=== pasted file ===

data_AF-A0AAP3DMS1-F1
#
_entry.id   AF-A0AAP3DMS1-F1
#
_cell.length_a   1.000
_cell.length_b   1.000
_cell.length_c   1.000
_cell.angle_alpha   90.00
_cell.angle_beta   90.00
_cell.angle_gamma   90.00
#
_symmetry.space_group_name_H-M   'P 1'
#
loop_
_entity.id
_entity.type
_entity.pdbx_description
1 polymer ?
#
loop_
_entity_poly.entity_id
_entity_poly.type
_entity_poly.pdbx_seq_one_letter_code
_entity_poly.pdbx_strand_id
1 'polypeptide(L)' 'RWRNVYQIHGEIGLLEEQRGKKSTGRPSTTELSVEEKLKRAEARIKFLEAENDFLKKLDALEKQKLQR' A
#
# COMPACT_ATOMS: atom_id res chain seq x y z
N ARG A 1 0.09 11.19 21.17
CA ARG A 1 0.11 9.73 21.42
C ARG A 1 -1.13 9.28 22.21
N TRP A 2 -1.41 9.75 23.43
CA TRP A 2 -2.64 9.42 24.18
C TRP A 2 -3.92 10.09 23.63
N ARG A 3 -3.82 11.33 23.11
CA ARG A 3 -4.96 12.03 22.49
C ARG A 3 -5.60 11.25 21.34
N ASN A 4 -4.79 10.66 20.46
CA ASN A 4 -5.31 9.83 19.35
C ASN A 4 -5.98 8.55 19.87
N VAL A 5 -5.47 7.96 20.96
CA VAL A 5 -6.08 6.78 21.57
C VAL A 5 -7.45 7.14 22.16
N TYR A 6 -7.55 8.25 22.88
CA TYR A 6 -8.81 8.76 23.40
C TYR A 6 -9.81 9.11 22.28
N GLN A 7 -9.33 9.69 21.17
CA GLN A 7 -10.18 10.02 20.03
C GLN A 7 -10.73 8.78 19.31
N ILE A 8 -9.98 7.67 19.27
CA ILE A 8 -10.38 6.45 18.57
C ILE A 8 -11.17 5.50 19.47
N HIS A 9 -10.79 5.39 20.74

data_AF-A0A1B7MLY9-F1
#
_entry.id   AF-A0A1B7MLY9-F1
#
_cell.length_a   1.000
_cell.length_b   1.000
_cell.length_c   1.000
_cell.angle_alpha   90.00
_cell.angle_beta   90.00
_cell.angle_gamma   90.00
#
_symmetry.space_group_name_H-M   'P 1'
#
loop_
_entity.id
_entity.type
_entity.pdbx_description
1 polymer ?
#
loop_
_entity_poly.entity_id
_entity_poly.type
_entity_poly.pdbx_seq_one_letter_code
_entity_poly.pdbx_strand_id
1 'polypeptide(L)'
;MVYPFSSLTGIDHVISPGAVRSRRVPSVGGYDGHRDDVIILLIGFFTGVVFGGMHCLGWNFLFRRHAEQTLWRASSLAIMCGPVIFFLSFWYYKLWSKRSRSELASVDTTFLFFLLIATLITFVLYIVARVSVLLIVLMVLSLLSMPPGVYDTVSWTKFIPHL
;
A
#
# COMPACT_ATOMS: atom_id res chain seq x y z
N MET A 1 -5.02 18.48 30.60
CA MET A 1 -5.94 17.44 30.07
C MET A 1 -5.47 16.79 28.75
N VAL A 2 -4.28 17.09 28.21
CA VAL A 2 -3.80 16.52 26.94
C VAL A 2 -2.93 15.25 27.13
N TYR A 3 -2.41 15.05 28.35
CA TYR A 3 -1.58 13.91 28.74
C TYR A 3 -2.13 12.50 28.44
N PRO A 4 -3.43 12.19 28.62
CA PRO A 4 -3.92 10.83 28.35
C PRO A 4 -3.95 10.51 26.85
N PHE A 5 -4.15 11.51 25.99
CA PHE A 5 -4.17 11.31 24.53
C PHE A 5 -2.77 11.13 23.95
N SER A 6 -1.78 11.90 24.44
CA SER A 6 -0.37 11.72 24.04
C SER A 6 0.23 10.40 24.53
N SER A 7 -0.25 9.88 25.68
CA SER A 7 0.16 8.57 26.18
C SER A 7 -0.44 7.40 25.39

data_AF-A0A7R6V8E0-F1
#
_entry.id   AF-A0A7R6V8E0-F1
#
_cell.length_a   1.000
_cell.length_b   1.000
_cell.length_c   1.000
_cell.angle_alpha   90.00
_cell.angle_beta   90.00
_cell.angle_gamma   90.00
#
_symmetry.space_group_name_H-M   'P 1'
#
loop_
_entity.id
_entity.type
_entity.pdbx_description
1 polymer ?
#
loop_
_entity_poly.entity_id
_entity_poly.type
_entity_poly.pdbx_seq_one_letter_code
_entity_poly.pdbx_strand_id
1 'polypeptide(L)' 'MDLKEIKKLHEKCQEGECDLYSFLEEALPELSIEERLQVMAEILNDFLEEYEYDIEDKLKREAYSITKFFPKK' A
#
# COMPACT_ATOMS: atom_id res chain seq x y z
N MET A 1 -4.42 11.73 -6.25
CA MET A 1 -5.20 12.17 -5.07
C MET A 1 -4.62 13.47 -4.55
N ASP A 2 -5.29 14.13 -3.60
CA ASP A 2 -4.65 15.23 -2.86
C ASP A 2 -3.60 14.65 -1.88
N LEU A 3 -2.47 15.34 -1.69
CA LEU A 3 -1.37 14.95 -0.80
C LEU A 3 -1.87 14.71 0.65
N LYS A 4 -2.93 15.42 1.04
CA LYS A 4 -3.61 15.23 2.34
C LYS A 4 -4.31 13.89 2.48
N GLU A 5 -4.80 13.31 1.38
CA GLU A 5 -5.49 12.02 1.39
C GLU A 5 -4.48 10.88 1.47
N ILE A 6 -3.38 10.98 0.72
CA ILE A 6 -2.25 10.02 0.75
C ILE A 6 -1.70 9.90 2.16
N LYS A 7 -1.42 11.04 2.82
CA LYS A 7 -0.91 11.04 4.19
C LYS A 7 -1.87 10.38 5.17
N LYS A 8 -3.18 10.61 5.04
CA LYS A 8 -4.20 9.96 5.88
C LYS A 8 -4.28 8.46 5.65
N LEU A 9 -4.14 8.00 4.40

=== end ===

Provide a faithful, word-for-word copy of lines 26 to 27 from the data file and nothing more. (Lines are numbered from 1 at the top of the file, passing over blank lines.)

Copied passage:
#
# COMPACT_ATOMS: atom_id res chain seq x y z